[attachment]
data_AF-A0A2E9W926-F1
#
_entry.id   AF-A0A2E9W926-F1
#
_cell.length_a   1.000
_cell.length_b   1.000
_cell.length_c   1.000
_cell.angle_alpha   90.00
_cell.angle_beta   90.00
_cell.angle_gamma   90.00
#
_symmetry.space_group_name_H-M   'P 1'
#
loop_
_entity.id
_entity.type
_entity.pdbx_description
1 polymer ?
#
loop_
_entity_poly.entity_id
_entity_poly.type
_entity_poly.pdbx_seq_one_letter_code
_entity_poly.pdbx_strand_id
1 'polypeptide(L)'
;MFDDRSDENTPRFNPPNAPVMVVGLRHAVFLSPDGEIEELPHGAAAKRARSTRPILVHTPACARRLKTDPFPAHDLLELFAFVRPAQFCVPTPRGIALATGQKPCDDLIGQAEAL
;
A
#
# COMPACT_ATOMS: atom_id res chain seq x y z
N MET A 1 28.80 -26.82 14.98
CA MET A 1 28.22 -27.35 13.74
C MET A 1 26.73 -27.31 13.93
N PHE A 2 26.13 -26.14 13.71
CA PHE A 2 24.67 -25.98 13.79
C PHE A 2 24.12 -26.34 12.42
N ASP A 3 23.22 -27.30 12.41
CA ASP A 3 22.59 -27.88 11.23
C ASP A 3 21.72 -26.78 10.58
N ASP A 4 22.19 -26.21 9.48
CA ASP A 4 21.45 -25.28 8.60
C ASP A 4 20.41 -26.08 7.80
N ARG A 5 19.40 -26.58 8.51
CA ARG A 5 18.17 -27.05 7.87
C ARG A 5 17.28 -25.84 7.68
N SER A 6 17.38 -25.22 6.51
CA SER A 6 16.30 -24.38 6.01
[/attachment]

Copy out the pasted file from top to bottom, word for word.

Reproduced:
data_AF-A0A2E9W926-F1
#
_entry.id   AF-A0A2E9W926-F1
#
_cell.length_a   1.000
_cell.length_b   1.000
_cell.length_c   1.000
_cell.angle_alpha   90.00
_cell.angle_beta   90.00
_cell.angle_gamma   90.00
#
_symmetry.space_group_name_H-M   'P 1'
#
loop_
_entity.id
_entity.type
_entity.pdbx_description
1 polymer ?
#
loop_
_entity_poly.entity_id
_entity_poly.type
_entity_poly.pdbx_seq_one_letter_code
_entity_poly.pdbx_strand_id
1 'polypeptide(L)'
;MFDDRSDENTPRFNPPNAPVMVVGLRHAVFLSPDGEIEELPHGAAAKRARSTRPILVHTPACARRLKTDPFPAHDLLELFAFVRPAQFCVPTPRGIALATGQKPCDDLIGQAEAL
;
A
#
# COMPACT_ATOMS: atom_id res chain seq x y z
N MET A 1 28.80 -26.82 14.98
CA MET A 1 28.22 -27.35 13.74
C MET A 1 26.73 -27.31 13.93
N PHE A 2 26.13 -26.14 13.71
CA PHE A 2 24.67 -25.98 13.79
C PHE A 2 24.12 -26.34 12.42
N ASP A 3 23.22 -27.30 12.41
CA ASP A 3 22.59 -27.88 11.23
C ASP A 3 21.72 -26.78 10.58
N ASP A 4 22.19 -26.21 9.48
CA ASP A 4 21.45 -25.28 8.60
C ASP A 4 20.41 -26.08 7.80
N ARG A 5 19.40 -26.58 8.51
CA ARG A 5 18.17 -27.05 7.87
C ARG A 5 17.28 -25.84 7.68
N SER A 6 17.38 -25.22 6.51
CA SER A 6 16.30 -24.38 6.01